Next time you attend an industry event, don’t skip the cocktail hour. There’s something about a casual environment with an open bar that turns ordinary professionals into philosophers. And you can learn a lot.
Lately, I’ve heard some interesting theories about why the economy took a nose dive. Politics aside, the most common hypothesis I’ve heard is that it was just a matter of time before we reached our current predicament. Since the 1970s, people say, we’ve been steadily moving from a goods-producing society to a service economy, and that’s been our undoing. They say we’ve outsourced all our important jobs to other countries, leaving us with nothing to contribute to the global economy.
A quick glance at Bureau of Labor Statistics data confirms the trend. BLS divides the economy into goods-producing industries—which include natural resources and mining, construction and manufacturing—and service-providing industries, a sweeping category that includes everything else. Although both groups have been clobbered lately, the historical trend is obvious. BLS expects serviceproviding employment to continue outpacing goods-producing jobs through 2016.
Facts are facts, but when did “service” become a bad word? Some have quipped that the U.S. employs more choreographers than factory workers. Their attitude is that service jobs have little economic value, and an economy based on services is not viable in the long run.
Sure, artistic vocations are part of the BLS service category, but so are jobs in education and healthcare. And hang on to your hat because transportation, warehousing and material-moving occupations are also considered service jobs. According to BLS, material handling and logistics are services, and they are expected to grow as companies continue to outsource distribution and logistics to focus on core competencies.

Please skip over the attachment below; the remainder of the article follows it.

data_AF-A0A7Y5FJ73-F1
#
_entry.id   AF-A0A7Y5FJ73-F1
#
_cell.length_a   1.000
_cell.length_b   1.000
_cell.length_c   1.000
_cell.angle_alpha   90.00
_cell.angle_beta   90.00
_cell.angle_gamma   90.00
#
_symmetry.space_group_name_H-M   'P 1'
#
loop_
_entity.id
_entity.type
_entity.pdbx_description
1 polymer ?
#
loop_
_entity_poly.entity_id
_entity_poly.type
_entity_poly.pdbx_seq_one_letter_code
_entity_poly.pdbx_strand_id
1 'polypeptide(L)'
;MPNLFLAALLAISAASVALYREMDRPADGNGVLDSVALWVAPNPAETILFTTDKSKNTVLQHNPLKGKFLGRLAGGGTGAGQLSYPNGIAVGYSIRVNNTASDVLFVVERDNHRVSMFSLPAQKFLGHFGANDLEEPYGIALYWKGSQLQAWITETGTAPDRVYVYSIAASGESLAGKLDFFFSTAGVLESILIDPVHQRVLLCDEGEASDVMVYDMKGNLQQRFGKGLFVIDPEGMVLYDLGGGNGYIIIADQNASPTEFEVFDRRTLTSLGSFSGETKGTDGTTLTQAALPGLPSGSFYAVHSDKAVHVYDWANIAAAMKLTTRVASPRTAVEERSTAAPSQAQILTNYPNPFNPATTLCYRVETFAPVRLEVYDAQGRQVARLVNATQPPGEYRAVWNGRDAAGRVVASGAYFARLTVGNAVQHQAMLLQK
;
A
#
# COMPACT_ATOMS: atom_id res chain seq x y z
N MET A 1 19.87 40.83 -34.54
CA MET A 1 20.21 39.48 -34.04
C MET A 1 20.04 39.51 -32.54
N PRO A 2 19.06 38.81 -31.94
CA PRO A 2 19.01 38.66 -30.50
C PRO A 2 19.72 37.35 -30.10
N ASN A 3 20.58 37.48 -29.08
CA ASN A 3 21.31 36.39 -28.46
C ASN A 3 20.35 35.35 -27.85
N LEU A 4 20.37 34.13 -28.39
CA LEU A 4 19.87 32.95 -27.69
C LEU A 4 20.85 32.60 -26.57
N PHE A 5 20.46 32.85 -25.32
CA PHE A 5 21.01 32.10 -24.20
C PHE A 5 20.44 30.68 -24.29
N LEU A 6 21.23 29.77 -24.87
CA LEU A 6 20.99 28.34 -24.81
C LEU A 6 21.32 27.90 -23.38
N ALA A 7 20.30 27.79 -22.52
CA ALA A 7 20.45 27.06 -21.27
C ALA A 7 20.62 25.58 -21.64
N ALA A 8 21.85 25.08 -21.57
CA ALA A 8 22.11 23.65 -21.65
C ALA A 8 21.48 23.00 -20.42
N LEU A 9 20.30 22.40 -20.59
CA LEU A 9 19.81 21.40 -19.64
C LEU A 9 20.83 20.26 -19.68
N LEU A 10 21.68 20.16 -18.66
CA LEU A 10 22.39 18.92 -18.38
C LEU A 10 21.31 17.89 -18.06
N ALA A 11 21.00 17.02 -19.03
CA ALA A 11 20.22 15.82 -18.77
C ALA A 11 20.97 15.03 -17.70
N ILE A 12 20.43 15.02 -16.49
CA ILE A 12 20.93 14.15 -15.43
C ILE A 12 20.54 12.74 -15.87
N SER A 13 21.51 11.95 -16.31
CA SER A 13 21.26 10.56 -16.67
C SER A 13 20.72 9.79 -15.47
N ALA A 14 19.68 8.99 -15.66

As you’ll see in this issue of MHM, world-class distribution is a strategic advantage, whether you make product or distribute it. For distributors, getting undamaged product to the right place at the right time and in the right quantity is a service that keeps customers ordering. Distribution serves both businesses and consumers.
Those who oversee material handling in manufacturing provide a vital service to their own companies. Where would manufacturing be without the service of material handling? Strategic, well planned material handling keeps costs down and maintains product quality throughout the production process. The efficient production of product becomes a competitive advantage, and manufacturers become both producers of goods and consumers of services.
Intangibles like these are difficult to measure, but that shouldn’t diminish their value. In fact, more manufacturers are acknowledging the revenue-generating potential of services, and that’s blurring the line between manufacturing and services. IBM is one example. The computer manufacturer views its physical product as a small part of its offerings, and more than half of its revenue now comes from its service businesses. As more companies acknowledge that value, we could start to see manufacturers selecting locations for their well developed service infrastructures.
Often, the way you look at things determines the way things are. If you see material handling as a commodity function, then that’s what it is, and it will have little value. If you see it as a vital service that helps companies compete and builds the economy in the process, then a different picture emerges. You create a positive self-fulfilling prophesy for material handling and logistics services.
Mary Aichlmayr, Editor in Chief